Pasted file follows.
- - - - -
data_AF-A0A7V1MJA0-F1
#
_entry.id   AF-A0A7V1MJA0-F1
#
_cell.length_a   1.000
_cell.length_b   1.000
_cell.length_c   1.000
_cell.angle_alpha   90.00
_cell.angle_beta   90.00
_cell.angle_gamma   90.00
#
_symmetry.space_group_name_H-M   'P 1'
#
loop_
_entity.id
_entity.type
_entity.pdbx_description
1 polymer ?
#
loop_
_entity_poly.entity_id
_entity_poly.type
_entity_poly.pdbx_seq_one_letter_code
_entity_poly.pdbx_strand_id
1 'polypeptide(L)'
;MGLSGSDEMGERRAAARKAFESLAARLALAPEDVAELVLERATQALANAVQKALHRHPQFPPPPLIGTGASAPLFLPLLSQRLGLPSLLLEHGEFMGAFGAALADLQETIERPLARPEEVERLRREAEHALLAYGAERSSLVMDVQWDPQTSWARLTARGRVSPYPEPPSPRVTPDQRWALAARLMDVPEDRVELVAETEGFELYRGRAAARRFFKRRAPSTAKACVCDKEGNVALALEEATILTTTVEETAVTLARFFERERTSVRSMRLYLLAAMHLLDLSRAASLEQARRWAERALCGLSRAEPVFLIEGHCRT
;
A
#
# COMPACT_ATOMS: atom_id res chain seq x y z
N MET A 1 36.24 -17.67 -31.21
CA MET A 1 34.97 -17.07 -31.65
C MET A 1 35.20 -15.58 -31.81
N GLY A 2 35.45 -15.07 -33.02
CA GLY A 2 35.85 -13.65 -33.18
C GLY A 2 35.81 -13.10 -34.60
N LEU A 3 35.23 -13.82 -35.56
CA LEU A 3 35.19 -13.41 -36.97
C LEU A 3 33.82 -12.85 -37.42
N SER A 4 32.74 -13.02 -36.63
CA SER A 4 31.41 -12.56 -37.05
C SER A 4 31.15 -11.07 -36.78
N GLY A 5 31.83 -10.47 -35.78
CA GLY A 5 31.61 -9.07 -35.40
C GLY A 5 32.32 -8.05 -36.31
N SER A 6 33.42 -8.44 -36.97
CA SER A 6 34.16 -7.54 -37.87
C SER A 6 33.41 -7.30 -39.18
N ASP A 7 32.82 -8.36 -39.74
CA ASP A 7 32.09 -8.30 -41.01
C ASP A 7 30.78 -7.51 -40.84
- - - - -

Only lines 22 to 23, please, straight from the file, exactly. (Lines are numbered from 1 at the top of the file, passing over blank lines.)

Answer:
_entity_poly.type
_entity_poly.pdbx_seq_one_letter_code